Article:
To get this version, you can use the apt package manager. Refresh your local package index first:

  1. sudo apt update

Then install Node.js:

  1. sudo apt install nodejs

Check that the install was successful by querying node for its version number:

  1. node -v

If the package in the repositories suits your needs, this is all you need to do to get set up with Node.js. In most cases, you’ll also want to also install npm, the Node.js package manager. You can do this by installing the npm package with apt:

  1. sudo apt install npm

This allows you to install modules and packages to use with Node.js.

At this point, you have successfully installed Node.js and npm using apt and the default Ubuntu software repositories. The next section will show how to use an alternate repository to install different versions of Node.js.

Option 2 — Installing Node.js with Apt Using a NodeSource PPA

To install a different version of Node.js, you can use a PPA (personal package archive) maintained by NodeSource. These PPAs have more versions of Node.js available than the official Ubuntu repositories. Node.js v16 and v18 are available as of the time of writing.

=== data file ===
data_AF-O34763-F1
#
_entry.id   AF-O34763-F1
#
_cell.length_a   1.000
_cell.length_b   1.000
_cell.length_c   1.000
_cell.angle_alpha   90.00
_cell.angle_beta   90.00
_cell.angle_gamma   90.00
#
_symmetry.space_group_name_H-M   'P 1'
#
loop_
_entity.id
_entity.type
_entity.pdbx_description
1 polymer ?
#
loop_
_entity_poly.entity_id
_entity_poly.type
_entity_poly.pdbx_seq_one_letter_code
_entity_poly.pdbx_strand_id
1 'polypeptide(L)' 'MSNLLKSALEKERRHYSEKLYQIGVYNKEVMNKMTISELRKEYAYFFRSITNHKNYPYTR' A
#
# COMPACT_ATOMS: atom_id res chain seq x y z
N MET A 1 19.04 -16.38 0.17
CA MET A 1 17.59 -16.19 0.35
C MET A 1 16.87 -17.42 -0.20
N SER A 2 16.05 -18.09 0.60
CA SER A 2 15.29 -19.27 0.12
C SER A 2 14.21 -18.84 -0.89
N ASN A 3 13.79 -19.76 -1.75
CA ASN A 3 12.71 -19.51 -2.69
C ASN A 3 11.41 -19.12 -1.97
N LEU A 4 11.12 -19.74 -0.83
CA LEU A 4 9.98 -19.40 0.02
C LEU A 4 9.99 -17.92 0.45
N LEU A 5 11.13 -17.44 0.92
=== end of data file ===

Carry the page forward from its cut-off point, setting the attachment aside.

First, install the PPA to get access to its packages. From your home directory, use curl to retrieve the installation script for your preferred version, making sure to replace 16.x with your preferred version string (if different):

  1. cd ~
  2. curl -sL -o /tmp/

Refer to the NodeSource documentation for more information on the available versions.

Inspect the contents of the downloaded script with nano or your preferred text editor:

  1. nano /tmp/

When you are satisfied that the script is safe to run, exit your editor. Then run the script with sudo:

  1. sudo bash /tmp/

The PPA will be added to your configuration and your local package cache will be updated automatically. You can now install the Node.js package in the same way you did in the previous section:

  1. sudo apt install nodejs